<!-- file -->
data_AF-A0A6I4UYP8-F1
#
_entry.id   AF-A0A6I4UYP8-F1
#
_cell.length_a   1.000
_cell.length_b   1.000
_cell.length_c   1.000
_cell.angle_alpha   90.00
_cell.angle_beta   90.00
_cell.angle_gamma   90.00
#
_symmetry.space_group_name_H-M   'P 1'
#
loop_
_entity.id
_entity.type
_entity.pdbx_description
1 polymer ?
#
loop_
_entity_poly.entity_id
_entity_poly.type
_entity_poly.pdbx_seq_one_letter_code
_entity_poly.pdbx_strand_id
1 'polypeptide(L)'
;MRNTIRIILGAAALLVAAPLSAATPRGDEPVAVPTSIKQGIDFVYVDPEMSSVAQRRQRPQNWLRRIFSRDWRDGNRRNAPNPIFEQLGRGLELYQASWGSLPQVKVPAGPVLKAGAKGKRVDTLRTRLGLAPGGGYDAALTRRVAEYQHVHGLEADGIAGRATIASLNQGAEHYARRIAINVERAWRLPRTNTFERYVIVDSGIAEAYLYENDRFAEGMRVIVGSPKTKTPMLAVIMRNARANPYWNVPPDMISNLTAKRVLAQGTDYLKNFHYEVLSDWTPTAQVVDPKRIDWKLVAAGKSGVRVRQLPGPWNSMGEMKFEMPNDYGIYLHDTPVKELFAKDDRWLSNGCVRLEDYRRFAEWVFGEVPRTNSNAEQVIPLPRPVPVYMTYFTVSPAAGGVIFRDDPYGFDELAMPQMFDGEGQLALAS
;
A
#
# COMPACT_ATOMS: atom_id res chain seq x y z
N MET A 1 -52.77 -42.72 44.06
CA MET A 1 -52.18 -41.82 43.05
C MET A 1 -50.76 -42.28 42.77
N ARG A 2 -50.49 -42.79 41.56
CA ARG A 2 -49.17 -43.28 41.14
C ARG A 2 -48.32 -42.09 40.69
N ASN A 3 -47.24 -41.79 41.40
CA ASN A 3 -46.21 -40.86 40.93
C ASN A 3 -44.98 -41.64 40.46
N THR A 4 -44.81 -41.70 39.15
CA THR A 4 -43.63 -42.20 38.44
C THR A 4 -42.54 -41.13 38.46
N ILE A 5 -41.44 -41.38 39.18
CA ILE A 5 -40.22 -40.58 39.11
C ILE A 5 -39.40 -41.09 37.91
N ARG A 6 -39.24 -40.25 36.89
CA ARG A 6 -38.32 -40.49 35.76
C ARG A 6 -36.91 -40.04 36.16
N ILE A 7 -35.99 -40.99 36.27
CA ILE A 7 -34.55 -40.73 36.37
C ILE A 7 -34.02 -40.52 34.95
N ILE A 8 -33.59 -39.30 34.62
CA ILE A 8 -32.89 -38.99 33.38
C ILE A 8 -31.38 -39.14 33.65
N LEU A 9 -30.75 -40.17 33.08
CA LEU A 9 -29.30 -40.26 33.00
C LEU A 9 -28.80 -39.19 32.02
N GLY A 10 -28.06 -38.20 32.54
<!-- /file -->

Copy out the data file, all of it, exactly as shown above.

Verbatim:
data_AF-A0A6I4UYP8-F1
#
_entry.id   AF-A0A6I4UYP8-F1
#
_cell.length_a   1.000
_cell.length_b   1.000
_cell.length_c   1.000
_cell.angle_alpha   90.00
_cell.angle_beta   90.00
_cell.angle_gamma   90.00
#
_symmetry.space_group_name_H-M   'P 1'
#
loop_
_entity.id
_entity.type
_entity.pdbx_description
1 polymer ?
#
loop_
_entity_poly.entity_id
_entity_poly.type
_entity_poly.pdbx_seq_one_letter_code
_entity_poly.pdbx_strand_id
1 'polypeptide(L)'
;MRNTIRIILGAAALLVAAPLSAATPRGDEPVAVPTSIKQGIDFVYVDPEMSSVAQRRQRPQNWLRRIFSRDWRDGNRRNAPNPIFEQLGRGLELYQASWGSLPQVKVPAGPVLKAGAKGKRVDTLRTRLGLAPGGGYDAALTRRVAEYQHVHGLEADGIAGRATIASLNQGAEHYARRIAINVERAWRLPRTNTFERYVIVDSGIAEAYLYENDRFAEGMRVIVGSPKTKTPMLAVIMRNARANPYWNVPPDMISNLTAKRVLAQGTDYLKNFHYEVLSDWTPTAQVVDPKRIDWKLVAAGKSGVRVRQLPGPWNSMGEMKFEMPNDYGIYLHDTPVKELFAKDDRWLSNGCVRLEDYRRFAEWVFGEVPRTNSNAEQVIPLPRPVPVYMTYFTVSPAAGGVIFRDDPYGFDELAMPQMFDGEGQLALAS
;
A
#
# COMPACT_ATOMS: atom_id res chain seq x y z
N MET A 1 -52.77 -42.72 44.06
CA MET A 1 -52.18 -41.82 43.05
C MET A 1 -50.76 -42.28 42.77
N ARG A 2 -50.49 -42.79 41.56
CA ARG A 2 -49.17 -43.28 41.14
C ARG A 2 -48.32 -42.09 40.69
N ASN A 3 -47.24 -41.79 41.40
CA ASN A 3 -46.21 -40.86 40.93
C ASN A 3 -44.98 -41.64 40.46
N THR A 4 -44.81 -41.70 39.15
CA THR A 4 -43.63 -42.20 38.44
C THR A 4 -42.54 -41.13 38.46
N ILE A 5 -41.44 -41.38 39.18
CA ILE A 5 -40.22 -40.58 39.11
C ILE A 5 -39.40 -41.09 37.91
N ARG A 6 -39.24 -40.25 36.89
CA ARG A 6 -38.32 -40.49 35.76
C ARG A 6 -36.91 -40.04 36.16
N ILE A 7 -35.99 -40.99 36.27
CA ILE A 7 -34.55 -40.73 36.37
C ILE A 7 -34.02 -40.52 34.95
N ILE A 8 -33.59 -39.30 34.62
CA ILE A 8 -32.89 -38.99 33.38
C ILE A 8 -31.38 -39.14 33.65
N LEU A 9 -30.75 -40.17 33.08
CA LEU A 9 -29.30 -40.26 33.00
C LEU A 9 -28.80 -39.19 32.02
N GLY A 10 -28.06 -38.20 32.54